Getting back to the start was my hardest run ever and amounted to 15 minute miling – yes 4mph a walking pace gained by run, walk, running. Sand in the face and completely exhausted we then had to do a further challenge, just as we were informed at the briefing “It’s not quite 13.1 at the finish line so run to the rocks and back to the Landrover, three times.”

 

A surprisingly large, colourful medal was presented along with a question as to whether I was in the 60-69 years category. On answering yes, I was handed a “Champion” certificate for first in age group. My first ever race win done from the back of the pack!!

 

I have joked that, taking both races into consideration, this was the weekend where a) I raced Mo Farrah and b) I won.

 

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Thus Spoke Zarathustra through Phedippidations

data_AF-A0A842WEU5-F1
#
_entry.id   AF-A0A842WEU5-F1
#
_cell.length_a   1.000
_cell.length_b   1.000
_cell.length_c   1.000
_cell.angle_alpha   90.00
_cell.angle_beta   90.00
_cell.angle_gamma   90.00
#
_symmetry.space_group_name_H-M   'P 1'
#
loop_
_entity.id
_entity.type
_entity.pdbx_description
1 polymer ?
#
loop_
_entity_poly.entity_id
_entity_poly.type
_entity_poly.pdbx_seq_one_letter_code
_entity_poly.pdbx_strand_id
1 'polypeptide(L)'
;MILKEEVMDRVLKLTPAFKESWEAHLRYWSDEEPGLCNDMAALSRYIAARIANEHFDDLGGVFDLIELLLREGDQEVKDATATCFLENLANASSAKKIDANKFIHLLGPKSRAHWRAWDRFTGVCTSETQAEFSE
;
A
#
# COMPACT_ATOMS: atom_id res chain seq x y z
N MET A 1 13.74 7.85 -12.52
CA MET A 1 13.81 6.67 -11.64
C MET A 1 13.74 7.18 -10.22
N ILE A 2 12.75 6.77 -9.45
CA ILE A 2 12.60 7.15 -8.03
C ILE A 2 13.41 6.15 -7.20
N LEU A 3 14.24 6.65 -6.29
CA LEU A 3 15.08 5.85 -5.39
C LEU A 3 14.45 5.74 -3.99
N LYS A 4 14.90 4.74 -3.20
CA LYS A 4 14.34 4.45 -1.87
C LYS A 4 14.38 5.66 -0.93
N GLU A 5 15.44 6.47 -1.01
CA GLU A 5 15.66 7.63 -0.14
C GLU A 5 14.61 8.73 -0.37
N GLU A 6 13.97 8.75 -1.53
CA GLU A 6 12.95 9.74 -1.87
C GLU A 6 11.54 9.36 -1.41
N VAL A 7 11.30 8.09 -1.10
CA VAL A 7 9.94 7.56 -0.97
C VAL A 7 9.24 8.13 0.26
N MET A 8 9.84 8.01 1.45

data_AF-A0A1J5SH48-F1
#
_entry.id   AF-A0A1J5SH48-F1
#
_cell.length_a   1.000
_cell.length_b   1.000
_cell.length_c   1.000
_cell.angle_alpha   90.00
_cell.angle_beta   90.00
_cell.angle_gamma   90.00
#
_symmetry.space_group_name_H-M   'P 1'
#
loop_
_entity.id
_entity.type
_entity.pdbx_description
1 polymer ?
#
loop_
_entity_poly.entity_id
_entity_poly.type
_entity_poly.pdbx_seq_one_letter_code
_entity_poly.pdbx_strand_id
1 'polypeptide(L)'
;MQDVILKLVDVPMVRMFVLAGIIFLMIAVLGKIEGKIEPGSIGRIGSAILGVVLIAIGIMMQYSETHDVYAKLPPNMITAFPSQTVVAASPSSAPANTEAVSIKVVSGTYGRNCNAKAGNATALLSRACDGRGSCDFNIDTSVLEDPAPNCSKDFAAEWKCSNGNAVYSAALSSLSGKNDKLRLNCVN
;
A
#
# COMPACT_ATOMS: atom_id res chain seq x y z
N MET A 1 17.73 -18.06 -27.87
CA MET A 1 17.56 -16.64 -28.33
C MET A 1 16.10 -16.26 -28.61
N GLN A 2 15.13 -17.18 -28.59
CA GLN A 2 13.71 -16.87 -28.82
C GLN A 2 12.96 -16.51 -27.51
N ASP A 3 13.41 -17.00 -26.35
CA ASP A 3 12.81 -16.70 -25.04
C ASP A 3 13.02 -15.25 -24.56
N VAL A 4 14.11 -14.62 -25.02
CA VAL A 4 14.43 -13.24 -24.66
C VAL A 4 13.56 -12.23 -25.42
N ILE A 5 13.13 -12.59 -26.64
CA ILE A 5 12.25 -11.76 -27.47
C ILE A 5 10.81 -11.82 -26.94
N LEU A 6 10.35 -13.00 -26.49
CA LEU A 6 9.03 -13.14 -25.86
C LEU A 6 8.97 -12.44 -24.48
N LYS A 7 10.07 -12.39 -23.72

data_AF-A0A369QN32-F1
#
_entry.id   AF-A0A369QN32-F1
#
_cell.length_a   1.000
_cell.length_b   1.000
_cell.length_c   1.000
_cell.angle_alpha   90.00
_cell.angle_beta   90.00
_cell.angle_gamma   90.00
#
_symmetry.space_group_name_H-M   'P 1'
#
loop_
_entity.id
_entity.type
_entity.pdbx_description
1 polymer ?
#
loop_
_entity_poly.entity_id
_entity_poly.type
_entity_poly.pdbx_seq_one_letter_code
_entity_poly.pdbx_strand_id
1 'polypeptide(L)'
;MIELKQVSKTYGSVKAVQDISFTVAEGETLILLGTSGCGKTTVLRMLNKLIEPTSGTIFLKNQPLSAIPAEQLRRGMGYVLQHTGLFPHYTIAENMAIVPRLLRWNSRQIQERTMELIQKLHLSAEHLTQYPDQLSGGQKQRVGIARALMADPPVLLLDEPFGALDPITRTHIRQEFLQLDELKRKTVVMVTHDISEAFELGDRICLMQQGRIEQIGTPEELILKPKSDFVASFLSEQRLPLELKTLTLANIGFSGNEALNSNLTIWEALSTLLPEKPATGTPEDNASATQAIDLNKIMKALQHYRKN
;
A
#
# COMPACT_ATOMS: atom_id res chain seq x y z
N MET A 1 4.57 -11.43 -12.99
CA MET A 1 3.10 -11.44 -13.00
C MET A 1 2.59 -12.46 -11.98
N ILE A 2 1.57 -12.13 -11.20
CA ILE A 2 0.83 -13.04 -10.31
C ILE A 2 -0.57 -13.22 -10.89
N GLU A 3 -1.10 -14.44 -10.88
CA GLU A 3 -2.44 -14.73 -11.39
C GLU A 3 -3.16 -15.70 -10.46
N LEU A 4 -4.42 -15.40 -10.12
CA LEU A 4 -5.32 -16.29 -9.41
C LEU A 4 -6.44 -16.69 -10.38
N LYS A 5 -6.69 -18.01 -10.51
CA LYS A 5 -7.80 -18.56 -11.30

the spiral of life.
the spiral of life.

My first run out-doors since missing the Cardiff Half. Rhinovirus  it was called, a posh name for coughing, spluttering and having a headache for two weeks also known as the common cold (and manflu). Deciding a few days before the race to DNS I wanted, for some reason, to reinforce my disappointment so went into Cardiff, shopping, straight after the race, to watch everyone walking about in their tech shirts with medals around their necks. Grrrrr.

Getting back into running slowly I did my five ten-minute runs on the treadmill in the gym (with a different leg then arm exercise between each one) but still needed inspiration from somewhere.